Murphy on the edge of the box is as big a threat to Mayo as O’Shea is to Donegal. Kevin Keane may be their best option, best able to deal with the big man. He is strong and mobile and may also have something to prove since the All-Ireland final of 2012.
But, as the great Mick O’Dwyer once said, “You have to be positive about your own way; if you are thinking about the other team and trying to counteract them, you are not going to win.”
So let Donegal do the worrying for once. Mayo will more than match them at midfield and in the two half lines. No significant change is expected in the Mayo selection. No injury of note has been picked up.
The outcome may boil down to a test of endurance, who stays the pace longer, whether after a tough campaign Donegal can bring the intensity of their final ten minutes against Galway to the whole 70 minutes, or whether the fresher Mayo can compensate for their lack of game time.
I think they can ... and will.
The last word on the famous final of 1910?
THE last word on the saga of the 1910 championship comes from a loyal reader in east Mayo who wishes to remain anonymous. The win, over which there had been some doubt, completed a quintet of titles, the first to be won by any county in the province.
He writes that in researching the event he had to keep reminding himself that just as the world of 1910 was totally different from the world of today so, too, was the GAA.
In 1910 the GAA was more orientated towards club than county and this was reflected in the make-up of the county senior team, says the writer. The Mayo team then was almost entirely composed of players from the county championship winners, Ballina Stephenites, with one player from Castlebar Mitchels and two from Lacken.
“Another thing to remember is that the All-Ireland championship was not as streamlined as in later years, so there wasn’t always the natural progression from provincial championship to the All-Ireland semi-finals.
“For instance we find that on the third Sunday of August, 1910, Mayo lost to Kerry in the All-Ireland semi-final, while the Connacht semi-final between Galway and Sligo was fixed for the last Sunday of August.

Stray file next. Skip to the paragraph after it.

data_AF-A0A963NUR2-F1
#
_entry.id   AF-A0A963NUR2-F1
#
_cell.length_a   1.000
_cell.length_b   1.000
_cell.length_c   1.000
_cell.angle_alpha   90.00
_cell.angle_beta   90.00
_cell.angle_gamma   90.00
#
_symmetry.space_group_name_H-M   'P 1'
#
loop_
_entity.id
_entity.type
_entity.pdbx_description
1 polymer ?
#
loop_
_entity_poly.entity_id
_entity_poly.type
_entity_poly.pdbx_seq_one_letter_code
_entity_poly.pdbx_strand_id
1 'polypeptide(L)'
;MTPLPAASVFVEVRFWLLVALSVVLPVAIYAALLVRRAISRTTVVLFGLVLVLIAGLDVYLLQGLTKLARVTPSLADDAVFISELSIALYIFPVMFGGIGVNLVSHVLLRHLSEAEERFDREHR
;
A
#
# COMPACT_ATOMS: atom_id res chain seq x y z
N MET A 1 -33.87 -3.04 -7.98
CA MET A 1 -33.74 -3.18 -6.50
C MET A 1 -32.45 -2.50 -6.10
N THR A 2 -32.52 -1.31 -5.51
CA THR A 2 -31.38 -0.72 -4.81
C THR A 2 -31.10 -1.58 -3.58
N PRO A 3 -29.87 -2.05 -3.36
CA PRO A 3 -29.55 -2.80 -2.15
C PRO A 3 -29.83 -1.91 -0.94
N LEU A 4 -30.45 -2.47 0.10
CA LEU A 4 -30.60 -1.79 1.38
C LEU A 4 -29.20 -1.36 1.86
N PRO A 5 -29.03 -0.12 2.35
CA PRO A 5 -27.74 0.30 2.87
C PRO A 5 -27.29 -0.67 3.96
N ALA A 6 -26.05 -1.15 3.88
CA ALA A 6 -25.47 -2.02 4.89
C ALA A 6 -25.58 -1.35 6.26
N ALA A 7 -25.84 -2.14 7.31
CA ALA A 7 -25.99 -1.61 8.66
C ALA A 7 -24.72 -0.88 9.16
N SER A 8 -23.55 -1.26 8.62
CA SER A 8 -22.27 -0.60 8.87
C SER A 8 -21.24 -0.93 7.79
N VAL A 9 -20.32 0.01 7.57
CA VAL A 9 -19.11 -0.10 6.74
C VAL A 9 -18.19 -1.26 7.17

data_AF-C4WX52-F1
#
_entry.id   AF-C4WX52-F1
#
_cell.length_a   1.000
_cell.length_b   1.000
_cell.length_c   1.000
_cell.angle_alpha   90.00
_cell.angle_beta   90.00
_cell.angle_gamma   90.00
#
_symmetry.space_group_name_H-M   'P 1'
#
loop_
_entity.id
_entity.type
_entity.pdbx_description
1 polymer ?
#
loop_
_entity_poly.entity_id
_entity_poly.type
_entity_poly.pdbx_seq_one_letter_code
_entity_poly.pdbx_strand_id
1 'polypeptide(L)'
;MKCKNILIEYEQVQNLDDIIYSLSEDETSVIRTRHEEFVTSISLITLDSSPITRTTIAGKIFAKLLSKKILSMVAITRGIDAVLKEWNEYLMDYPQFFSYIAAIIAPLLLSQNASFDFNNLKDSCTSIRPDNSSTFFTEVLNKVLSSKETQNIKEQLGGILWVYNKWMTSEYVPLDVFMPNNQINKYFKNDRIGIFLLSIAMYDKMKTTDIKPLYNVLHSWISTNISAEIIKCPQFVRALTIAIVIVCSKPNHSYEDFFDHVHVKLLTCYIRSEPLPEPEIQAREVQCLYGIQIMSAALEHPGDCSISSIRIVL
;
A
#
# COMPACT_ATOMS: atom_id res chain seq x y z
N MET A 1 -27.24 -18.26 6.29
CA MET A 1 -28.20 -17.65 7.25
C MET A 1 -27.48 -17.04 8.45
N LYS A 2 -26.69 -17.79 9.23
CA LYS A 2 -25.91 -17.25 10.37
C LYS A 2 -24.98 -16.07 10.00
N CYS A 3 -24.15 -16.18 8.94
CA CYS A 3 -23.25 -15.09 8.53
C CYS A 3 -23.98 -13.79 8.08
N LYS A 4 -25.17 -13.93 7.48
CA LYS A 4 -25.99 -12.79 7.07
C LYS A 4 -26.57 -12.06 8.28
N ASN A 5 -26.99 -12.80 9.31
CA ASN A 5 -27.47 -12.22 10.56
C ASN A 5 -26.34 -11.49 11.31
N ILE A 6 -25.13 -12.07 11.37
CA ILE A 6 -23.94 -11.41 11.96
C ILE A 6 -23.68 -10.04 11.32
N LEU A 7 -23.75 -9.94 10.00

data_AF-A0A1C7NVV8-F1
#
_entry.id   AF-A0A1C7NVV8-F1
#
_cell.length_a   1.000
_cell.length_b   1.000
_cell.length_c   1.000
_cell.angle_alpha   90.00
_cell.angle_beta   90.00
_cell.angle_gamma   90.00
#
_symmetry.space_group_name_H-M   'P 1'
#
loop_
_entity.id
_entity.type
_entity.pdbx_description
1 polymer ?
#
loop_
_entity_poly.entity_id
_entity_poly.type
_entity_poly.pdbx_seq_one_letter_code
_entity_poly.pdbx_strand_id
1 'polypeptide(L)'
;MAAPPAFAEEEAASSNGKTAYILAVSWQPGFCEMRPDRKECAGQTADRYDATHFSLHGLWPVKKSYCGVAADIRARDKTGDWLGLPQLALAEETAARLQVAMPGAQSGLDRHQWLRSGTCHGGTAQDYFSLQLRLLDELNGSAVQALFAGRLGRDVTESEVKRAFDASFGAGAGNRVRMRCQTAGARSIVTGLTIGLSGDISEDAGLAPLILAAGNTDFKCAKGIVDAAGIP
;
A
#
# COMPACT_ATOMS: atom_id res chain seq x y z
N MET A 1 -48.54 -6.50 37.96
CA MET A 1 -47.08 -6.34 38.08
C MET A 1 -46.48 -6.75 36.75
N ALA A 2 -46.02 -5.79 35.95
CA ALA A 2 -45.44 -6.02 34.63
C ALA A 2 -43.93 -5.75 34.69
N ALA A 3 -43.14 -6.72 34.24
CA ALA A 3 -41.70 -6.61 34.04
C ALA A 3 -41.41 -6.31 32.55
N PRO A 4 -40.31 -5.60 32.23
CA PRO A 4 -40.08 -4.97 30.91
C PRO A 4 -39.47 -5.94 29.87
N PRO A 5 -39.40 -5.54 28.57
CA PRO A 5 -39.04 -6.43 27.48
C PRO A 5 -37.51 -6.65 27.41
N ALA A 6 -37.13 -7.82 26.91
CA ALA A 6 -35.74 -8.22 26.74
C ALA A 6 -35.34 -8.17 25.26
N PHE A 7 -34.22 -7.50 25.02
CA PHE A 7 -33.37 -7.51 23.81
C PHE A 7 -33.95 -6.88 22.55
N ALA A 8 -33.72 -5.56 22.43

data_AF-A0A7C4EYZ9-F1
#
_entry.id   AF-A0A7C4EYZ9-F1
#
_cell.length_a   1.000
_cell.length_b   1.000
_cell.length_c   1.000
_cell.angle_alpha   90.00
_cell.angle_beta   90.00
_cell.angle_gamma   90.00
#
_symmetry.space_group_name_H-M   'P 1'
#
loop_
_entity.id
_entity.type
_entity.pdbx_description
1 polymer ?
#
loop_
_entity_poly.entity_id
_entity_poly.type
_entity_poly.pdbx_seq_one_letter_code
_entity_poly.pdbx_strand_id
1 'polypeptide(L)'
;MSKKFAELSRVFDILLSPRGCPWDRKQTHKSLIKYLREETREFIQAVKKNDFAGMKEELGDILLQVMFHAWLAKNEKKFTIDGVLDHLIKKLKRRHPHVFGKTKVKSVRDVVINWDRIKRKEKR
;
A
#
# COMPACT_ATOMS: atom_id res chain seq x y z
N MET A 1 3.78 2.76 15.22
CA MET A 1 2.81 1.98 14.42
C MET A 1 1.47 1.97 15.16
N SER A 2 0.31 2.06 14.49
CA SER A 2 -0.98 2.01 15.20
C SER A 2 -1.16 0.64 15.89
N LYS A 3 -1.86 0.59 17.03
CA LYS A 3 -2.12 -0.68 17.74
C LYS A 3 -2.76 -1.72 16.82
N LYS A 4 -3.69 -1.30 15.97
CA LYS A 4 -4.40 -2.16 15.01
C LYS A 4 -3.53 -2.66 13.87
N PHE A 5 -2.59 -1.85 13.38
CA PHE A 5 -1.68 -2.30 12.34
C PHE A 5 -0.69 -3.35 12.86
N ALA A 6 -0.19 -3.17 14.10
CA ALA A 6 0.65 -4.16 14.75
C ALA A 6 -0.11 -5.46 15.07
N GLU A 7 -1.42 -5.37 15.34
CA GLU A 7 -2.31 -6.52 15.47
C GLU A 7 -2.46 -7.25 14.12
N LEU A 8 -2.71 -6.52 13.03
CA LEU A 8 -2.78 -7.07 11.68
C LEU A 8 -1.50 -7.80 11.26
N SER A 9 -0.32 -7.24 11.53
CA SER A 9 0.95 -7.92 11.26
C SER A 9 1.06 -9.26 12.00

“It appears that when the provincial championship wasn’t finished in time, the reigning champions (Mayo in this case) represented the province in the All-Ireland semi-final.”
The Connacht final of 1910 was played in Ballina on the last Sunday of October between Mayo and Galway in conjunction with the hurling final between the same counties.
The writer goes on to describe the game as written in the Western People.
“The report referred to the Mayo team as Mayo and then again as the Stephenite team, and I suppose from a local perspective that is understandable. The report also referred to Mayo/Stephenites as the reigning provincial champions.”
He concludes: “I don’t suppose that the Mayo team was quite aware of the significance of their win on the last Sunday of October in 1910 and, no doubt, never imagined that it would be over a hundred years before a Mayo team would achieve a similar feat.
“So as we honour our heroes of today we should also remember the men of 1910. They deserve honourable mention in GAA history.”
The Mayo team was: Willie Boshell (capt), Paudi Sweeney, goal, Bartly Ferguson, A Boshell, T Gibson, J Franklin, P Farmer, J Moran, T Boshell, A Hanley, G Fitzgerald, E Boshell, G Jordan, F Courell, (all Stephenites), Mike McHugh (Castlebar Mitchels), Martin Farrell and B Durcan (Lacken).